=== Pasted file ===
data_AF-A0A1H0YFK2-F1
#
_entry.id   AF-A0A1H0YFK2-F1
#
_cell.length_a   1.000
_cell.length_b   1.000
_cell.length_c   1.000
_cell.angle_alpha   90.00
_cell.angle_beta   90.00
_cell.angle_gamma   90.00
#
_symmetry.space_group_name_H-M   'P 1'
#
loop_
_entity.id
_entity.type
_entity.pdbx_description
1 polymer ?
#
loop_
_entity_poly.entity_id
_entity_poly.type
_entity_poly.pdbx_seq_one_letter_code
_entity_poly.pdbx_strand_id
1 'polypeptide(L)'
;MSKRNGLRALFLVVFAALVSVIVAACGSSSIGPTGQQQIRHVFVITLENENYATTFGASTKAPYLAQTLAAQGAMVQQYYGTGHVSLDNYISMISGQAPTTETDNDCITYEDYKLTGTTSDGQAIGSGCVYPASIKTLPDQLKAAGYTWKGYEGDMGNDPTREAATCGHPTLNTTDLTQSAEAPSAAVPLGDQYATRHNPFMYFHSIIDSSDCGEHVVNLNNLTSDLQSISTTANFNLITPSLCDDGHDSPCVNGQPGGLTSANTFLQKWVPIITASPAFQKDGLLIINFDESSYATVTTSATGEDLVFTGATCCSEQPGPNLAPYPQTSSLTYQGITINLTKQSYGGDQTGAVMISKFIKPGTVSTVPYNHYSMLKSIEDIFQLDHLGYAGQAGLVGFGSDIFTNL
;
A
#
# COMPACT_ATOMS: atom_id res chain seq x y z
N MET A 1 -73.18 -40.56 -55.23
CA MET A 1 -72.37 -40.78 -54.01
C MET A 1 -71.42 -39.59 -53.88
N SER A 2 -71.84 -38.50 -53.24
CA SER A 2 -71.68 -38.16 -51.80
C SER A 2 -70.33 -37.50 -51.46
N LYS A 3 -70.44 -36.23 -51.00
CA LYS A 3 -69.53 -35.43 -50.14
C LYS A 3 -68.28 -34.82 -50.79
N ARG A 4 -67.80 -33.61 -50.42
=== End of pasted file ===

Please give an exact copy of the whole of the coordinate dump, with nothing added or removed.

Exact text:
data_AF-A0A1H0YFK2-F1
#
_entry.id   AF-A0A1H0YFK2-F1
#
_cell.length_a   1.000
_cell.length_b   1.000
_cell.length_c   1.000
_cell.angle_alpha   90.00
_cell.angle_beta   90.00
_cell.angle_gamma   90.00
#
_symmetry.space_group_name_H-M   'P 1'
#
loop_
_entity.id
_entity.type
_entity.pdbx_description
1 polymer ?
#
loop_
_entity_poly.entity_id
_entity_poly.type
_entity_poly.pdbx_seq_one_letter_code
_entity_poly.pdbx_strand_id
1 'polypeptide(L)'
;MSKRNGLRALFLVVFAALVSVIVAACGSSSIGPTGQQQIRHVFVITLENENYATTFGASTKAPYLAQTLAAQGAMVQQYYGTGHVSLDNYISMISGQAPTTETDNDCITYEDYKLTGTTSDGQAIGSGCVYPASIKTLPDQLKAAGYTWKGYEGDMGNDPTREAATCGHPTLNTTDLTQSAEAPSAAVPLGDQYATRHNPFMYFHSIIDSSDCGEHVVNLNNLTSDLQSISTTANFNLITPSLCDDGHDSPCVNGQPGGLTSANTFLQKWVPIITASPAFQKDGLLIINFDESSYATVTTSATGEDLVFTGATCCSEQPGPNLAPYPQTSSLTYQGITINLTKQSYGGDQTGAVMISKFIKPGTVSTVPYNHYSMLKSIEDIFQLDHLGYAGQAGLVGFGSDIFTNL
;
A
#
# COMPACT_ATOMS: atom_id res chain seq x y z
N MET A 1 -73.18 -40.56 -55.23
CA MET A 1 -72.37 -40.78 -54.01
C MET A 1 -71.42 -39.59 -53.88
N SER A 2 -71.84 -38.50 -53.24
CA SER A 2 -71.68 -38.16 -51.80
C SER A 2 -70.33 -37.50 -51.46
N LYS A 3 -70.44 -36.23 -51.00
CA LYS A 3 -69.53 -35.43 -50.14
C LYS A 3 -68.28 -34.82 -50.79
N ARG A 4 -67.80 -33.61 -50.42